Hantavirus pulmonary syndrome clinical findings: evaluating a surveillance case definition.
ABSTRACT Clinical cases of hantavirus pulmonary syndrome (HPS) can be challenging to differentiate from other acute respiratory diseases, which can lead to delays in diagnosis, treatment, and disease reporting. Rapid onset of severe disease occurs, at times before diagnostic test results are available. This study's objective was to examine the clinical characteristics of patients that would indicate HPS to aid in detection and reporting. Test results of blood samples from U.S. patients suspected of having HPS submitted to the Centers for Disease Control and Prevention from 1998-2010 were reviewed. Patient information collected by case report forms was compared between HPS-confirmed and test-negative patients. Diagnostic sensitivity, specificity, predictive values, and likelihood ratios were calculated for individual clinical findings and combinations of variables. Of 567 patients included, 36% were HPS-confirmed. Thrombocytopenia, chest x-rays with suggestive signs, and receiving supplemental oxygenation were highly sensitive (>95%), while elevated hematocrit was highly specific (83%) in detecting HPS. Combinations that maximized sensitivity required the presence of thrombocytopenia. Using a national sample of suspect patients, we found that thrombocytopenia was a highly sensitive indicator of HPS and should be included in surveillance definitions for suspected HPS. Using a sensitive suspect case definition to identify potential HPS patients that are confirmed by highly specific diagnostic testing will ensure accurate reporting of this disease.
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ABSTRACT: Viral hemorrhagic diseases are a group of systemic viral infections with worldwide distribution and are significant causes of global mortality and morbidity. The hallmarks of viral hemorrhagic fevers are plasma leakage, thrombocytopenia, coagulopathy and hemorrhagic manifestations. The molecular mechanisms leading to plasma leakage in viral hemorrhagic fevers are not well understood. A common theme has emerged in which a complex interplay between pathogens, host immune response, and endothelial cells leads to the activation of endothelial cells and perturbation of barrier integrity. In this article, two clinically distinct viral hemorrhagic fevers caused by dengue viruses and hantaviruses are discussed to highlight their similarities and differences that may provide insights into the pathogenesis and therapeutic approach.Cell and Tissue Research 03/2014; · 3.33 Impact Factor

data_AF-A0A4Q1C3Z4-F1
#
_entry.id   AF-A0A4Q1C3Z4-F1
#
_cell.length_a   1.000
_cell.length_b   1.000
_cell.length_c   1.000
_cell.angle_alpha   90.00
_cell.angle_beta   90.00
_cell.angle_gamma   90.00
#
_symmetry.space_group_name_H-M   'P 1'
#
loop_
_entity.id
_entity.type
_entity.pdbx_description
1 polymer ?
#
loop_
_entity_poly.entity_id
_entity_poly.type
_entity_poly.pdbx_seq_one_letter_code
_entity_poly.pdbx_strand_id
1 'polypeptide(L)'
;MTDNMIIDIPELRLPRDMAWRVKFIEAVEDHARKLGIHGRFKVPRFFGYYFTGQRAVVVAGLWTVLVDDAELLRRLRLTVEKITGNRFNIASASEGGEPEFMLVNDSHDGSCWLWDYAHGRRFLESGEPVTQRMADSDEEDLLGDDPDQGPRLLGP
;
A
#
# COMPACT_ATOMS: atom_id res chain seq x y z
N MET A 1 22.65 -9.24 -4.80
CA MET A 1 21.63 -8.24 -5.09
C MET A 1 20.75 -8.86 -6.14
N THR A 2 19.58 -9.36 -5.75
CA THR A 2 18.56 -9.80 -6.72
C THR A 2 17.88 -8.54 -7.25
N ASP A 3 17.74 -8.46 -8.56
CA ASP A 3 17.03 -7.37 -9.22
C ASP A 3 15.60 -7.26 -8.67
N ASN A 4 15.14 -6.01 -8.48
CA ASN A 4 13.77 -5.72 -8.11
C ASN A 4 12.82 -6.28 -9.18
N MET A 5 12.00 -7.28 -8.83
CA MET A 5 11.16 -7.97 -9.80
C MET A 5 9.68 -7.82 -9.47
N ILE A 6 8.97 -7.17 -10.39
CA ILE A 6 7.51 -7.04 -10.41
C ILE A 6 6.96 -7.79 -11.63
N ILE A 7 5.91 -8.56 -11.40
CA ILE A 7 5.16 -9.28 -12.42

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ABSTRACT: Hantaviruses are negative-sense single-stranded RNA viruses that infect many species of rodents, shrews, moles and bats. Infection in these reservoir hosts is almost asymptomatic, but some rodent-borne hantaviruses also infect humans, causing either haemorrhagic fever with renal syndrome (HFRS) or hantavirus cardiopulmonary syndrome (HCPS). In this Review, we discuss the basic molecular properties and cell biology of hantaviruses and offer an overview of virus-induced pathology, in particular vascular leakage and immunopathology.Nature Reviews Microbiology 07/2013; 11(8):539-50. · 23.32 Impact Factor